Inter War House
Each home is different – what works well in somebody’s Post-war house may be inappropriate in your Victorian home. Understand your home – what are the specific qualities that make up its style or character? Make sure any alterations work with these features, rather than replacing them.

Alteration Principles

Here are some general principles to keep in mind:

> do as little as possible but as much as is necessary

> ensure that you maintain key heritage features, and as much of the original fabric as is possible in its original location

> where you must make a replacement, replace like with like – if your house has wooden window frames, don’t replace with aluminium

> allow the heritage significance of your home to continue to be expressed in its physical form and materials

Please seek further advice from an architect or builder before altering your home.


Health & Safety

Asbestos was widely used as a building material from 1919 until the early 1980s and exposure can cause permanent damage to your health. Do not allow anyone to start work on your renovation until you have established whether there is any present in the existing building.

For information about asbestos, speak to your local council, architect or Registered Building Practitioner.

Lead paints were also commonly used up to the 1980s, and can be toxic and harmful. There are many products and techniques to prepare finishes; ask your hardware supplier about the safest methods for your home.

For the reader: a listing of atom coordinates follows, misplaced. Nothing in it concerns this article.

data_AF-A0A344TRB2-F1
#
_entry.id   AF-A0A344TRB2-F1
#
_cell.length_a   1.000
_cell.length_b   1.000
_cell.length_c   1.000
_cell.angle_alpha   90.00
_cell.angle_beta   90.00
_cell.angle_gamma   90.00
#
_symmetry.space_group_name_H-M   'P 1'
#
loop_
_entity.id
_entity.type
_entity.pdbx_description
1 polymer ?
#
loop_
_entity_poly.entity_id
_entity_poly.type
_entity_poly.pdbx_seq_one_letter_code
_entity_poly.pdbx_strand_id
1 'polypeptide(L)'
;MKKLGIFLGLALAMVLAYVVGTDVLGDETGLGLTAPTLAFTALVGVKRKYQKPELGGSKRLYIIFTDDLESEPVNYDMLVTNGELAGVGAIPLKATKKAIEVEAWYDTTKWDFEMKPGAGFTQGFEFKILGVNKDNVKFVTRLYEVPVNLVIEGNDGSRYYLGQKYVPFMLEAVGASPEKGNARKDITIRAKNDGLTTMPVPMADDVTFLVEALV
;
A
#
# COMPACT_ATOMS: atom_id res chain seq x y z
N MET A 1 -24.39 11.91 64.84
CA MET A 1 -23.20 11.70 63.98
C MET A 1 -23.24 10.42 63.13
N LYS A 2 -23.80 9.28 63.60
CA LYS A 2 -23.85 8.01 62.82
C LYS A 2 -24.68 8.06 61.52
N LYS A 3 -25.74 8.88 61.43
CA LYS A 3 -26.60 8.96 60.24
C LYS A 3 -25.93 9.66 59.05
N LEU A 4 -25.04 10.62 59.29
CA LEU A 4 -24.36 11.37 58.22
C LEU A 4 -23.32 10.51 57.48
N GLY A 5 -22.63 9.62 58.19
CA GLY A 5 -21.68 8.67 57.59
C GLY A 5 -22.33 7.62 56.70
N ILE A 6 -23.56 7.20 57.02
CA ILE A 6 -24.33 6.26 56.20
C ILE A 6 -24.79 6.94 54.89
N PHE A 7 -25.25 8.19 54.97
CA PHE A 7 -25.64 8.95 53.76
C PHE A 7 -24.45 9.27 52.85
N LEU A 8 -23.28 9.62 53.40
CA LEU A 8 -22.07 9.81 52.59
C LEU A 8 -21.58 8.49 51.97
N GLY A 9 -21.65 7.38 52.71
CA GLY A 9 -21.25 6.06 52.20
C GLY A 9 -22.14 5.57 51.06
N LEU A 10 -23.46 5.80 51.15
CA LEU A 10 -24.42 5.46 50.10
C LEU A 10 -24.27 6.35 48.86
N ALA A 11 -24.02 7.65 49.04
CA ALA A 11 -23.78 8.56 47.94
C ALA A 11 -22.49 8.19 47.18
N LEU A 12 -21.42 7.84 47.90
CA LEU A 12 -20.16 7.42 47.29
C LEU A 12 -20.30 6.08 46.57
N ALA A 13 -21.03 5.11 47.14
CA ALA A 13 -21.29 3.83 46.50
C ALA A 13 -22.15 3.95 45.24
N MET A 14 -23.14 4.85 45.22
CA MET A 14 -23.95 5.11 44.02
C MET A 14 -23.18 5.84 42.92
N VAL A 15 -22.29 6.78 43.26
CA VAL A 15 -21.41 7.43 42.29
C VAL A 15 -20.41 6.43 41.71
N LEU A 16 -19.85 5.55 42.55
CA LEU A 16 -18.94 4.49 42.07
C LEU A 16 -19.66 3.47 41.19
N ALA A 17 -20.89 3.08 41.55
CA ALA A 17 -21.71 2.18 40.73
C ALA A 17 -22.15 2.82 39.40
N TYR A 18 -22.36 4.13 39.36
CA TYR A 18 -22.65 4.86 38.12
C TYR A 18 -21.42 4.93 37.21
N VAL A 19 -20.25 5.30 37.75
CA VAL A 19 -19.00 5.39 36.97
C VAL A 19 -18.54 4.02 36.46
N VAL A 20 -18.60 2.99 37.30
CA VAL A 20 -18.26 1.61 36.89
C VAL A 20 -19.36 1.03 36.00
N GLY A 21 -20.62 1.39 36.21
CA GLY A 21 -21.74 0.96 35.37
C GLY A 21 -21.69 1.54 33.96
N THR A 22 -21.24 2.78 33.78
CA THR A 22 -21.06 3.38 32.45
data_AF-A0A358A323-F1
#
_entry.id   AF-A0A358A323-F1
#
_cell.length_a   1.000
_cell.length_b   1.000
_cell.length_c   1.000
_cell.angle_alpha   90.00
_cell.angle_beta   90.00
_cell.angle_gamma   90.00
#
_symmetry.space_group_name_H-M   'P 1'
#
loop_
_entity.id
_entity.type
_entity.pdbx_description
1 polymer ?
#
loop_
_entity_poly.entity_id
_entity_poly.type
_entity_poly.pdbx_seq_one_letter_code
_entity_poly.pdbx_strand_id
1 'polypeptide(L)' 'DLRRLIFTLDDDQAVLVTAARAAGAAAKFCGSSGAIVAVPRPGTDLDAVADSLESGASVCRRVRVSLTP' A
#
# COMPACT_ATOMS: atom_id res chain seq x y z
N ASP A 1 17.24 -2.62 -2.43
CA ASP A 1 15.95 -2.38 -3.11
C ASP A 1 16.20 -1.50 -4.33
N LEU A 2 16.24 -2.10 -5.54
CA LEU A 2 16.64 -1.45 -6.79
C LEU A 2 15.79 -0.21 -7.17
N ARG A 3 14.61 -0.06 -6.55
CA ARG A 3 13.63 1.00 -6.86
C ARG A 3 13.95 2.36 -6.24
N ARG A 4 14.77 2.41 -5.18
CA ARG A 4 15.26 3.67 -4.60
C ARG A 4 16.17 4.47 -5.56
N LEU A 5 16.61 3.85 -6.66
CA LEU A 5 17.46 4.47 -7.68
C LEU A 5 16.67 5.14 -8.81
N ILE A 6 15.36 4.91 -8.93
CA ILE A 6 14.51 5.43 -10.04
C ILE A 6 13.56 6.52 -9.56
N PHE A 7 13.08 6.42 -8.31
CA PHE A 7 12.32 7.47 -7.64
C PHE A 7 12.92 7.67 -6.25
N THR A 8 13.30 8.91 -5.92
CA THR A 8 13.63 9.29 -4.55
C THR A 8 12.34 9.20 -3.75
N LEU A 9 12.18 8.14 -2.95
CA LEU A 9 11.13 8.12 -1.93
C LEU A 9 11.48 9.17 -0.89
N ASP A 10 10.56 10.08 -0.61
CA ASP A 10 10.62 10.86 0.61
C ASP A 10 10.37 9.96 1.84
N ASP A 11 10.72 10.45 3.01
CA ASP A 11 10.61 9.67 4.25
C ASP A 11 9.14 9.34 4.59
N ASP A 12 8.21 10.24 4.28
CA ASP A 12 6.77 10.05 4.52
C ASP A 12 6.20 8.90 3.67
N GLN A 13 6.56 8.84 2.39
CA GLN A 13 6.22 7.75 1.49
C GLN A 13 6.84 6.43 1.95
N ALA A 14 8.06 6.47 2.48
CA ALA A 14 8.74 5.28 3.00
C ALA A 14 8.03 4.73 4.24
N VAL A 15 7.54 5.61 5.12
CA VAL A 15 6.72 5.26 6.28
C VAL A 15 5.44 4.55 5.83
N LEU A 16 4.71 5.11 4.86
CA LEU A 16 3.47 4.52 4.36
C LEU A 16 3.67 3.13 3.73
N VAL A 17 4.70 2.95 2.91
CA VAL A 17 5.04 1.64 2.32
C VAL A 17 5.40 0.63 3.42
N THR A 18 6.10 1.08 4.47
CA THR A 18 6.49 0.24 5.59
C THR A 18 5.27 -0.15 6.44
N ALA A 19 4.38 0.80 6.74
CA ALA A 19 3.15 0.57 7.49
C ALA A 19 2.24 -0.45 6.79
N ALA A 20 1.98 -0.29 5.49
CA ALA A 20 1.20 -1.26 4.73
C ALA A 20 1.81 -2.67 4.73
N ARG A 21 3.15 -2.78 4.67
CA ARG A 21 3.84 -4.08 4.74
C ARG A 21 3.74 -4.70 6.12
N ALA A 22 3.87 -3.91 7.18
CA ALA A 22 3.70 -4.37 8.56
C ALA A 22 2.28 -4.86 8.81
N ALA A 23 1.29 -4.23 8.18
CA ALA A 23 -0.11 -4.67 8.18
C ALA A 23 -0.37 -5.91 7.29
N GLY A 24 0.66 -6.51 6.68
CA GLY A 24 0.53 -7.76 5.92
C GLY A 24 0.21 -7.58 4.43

Always use a Registered Building Practitioner if your renovation project is valued at $5000 or more. Planning laws apply throughout Victoria and you may have to apply for a permit – for more information, contact your local council.

Paint Schemes

We suggest that you refer to the appropriate code numbers when buying paints for your heritage paint scheme.

Name AS 2700 Housing Styles
Biscuit X42 EV, LV, ED
Black N61 MD
Brown X54 EV, LV
Buff X41 ED, BG
Canary Yellow Y11 PW
Cream Y34 BG, MD
Dark Brown X65 QA, BG, IW
Dark Earth X62 EV
Dark Green G61 BG
Deep Indian Red R64 EV, MV, LV, BG, IW
Fern Green G24 IW, MD
Golden Tan X53 PW
Manilla Y45 FD
Off White Y35 IW, PW
Pale Blue B35 PW
Pale Ochre X21 IW, MD
Parchment X43 PW
Red Oxide R63 FD, ED
Rose Pink R25 IW, PW
Royal Blue B12 PW
Salmon Pink R42 MV, LV, MD
Signal Red R13 PW, MD
Terracotta R52 EV, IW
Venetian Red R62 MV, ED
White N14 BG, IW, MD
Name BS 3881 or 2660 Housing Styles
Brilliant Green 381:221 FD
Deep Brunswick Green 381:227 EV, MV, LV
Fawn 2660:3035 MV
Light Buff 381:358 MV
Light Cream 2660:3033 EV, LV FD, MD
Light Stone 381:361 EV, MV, LV, BG
Light Straw 381:384 LV, FD, ED
Mid Brunswick Green 381:226 ED
Olive Green 381:220 FD
Pale Cream 381:352 FD, ED
Pale Green 2660:6070 FD, ED, BG
Pink Beige 2660:3034 MV

EV – Early Victorian MV – Mid Victorian LV – Late Victorian FD – Federation ED – Edwardian
BG – Bungalow IW – Inter-war PW – Post-war MD – Modern


Further Information:

For direction and ideas about building and renovating, please visit the following websites:




If your home is registered by the Heritage Council and you are considering renovation, see our Information Leaflet:
Works and Alterations to Registered Heritage Places and Objects.

For anyone with an older home, see our Technical Information series, for practical information about restoration and conservation of older houses.

Please go to the Links and Resources tab at the bottom of this page for a more complete list of resources.